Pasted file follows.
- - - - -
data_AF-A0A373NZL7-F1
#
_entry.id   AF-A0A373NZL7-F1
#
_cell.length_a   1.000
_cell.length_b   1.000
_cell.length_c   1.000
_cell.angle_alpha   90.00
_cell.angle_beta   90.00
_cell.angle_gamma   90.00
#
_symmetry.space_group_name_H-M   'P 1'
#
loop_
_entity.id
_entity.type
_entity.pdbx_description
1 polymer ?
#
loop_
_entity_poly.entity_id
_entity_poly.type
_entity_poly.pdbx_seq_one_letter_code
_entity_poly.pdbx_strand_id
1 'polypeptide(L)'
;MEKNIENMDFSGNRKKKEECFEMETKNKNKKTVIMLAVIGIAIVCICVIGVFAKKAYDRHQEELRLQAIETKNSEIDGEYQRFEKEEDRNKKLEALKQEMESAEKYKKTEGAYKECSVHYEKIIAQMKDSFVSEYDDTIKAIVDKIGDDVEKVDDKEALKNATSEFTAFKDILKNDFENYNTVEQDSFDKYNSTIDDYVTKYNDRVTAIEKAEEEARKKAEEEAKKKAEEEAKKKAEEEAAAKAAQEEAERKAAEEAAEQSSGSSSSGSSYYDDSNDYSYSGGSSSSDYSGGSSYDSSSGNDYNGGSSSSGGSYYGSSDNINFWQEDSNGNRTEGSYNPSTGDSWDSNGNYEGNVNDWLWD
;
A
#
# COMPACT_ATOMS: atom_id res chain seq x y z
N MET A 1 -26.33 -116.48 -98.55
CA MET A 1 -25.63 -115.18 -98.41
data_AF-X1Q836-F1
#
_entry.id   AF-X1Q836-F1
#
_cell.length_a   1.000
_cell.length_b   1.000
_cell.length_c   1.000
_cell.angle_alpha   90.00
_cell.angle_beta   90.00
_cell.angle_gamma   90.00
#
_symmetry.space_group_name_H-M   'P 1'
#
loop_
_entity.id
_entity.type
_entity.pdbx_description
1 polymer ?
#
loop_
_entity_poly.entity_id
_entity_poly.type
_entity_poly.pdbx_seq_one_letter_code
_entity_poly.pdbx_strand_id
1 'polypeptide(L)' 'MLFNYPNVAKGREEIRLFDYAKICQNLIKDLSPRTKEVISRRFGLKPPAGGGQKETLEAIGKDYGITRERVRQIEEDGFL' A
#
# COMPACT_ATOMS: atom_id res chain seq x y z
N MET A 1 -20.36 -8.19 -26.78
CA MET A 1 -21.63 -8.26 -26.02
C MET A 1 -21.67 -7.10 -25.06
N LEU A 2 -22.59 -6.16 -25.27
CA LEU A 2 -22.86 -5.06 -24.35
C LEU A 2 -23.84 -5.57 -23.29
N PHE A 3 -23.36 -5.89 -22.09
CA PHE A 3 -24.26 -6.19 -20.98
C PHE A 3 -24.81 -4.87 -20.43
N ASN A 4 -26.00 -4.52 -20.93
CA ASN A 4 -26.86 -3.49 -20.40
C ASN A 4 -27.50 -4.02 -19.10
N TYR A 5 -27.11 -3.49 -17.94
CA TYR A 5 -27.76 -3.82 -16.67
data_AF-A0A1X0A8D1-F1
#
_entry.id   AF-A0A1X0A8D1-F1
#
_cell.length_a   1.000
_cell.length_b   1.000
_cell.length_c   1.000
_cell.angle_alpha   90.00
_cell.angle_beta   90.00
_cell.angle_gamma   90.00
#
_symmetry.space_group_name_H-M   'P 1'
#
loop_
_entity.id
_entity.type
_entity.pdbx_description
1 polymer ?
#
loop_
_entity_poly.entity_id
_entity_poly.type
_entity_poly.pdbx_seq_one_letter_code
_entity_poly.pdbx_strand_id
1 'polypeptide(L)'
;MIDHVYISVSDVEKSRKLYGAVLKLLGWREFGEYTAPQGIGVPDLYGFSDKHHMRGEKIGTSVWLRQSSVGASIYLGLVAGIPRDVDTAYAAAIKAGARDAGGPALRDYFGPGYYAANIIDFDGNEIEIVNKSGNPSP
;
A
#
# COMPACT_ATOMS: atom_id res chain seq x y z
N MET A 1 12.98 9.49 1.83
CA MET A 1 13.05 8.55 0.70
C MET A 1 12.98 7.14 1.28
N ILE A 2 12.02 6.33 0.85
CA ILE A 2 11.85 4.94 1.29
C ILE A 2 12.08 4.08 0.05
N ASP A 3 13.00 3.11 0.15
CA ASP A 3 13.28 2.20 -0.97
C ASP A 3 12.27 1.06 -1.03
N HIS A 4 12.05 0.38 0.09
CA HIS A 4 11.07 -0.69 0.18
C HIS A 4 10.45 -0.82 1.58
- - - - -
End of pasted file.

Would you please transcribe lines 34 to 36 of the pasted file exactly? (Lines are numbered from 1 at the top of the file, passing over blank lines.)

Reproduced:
#
_entry.id   AF-X1Q836-F1
#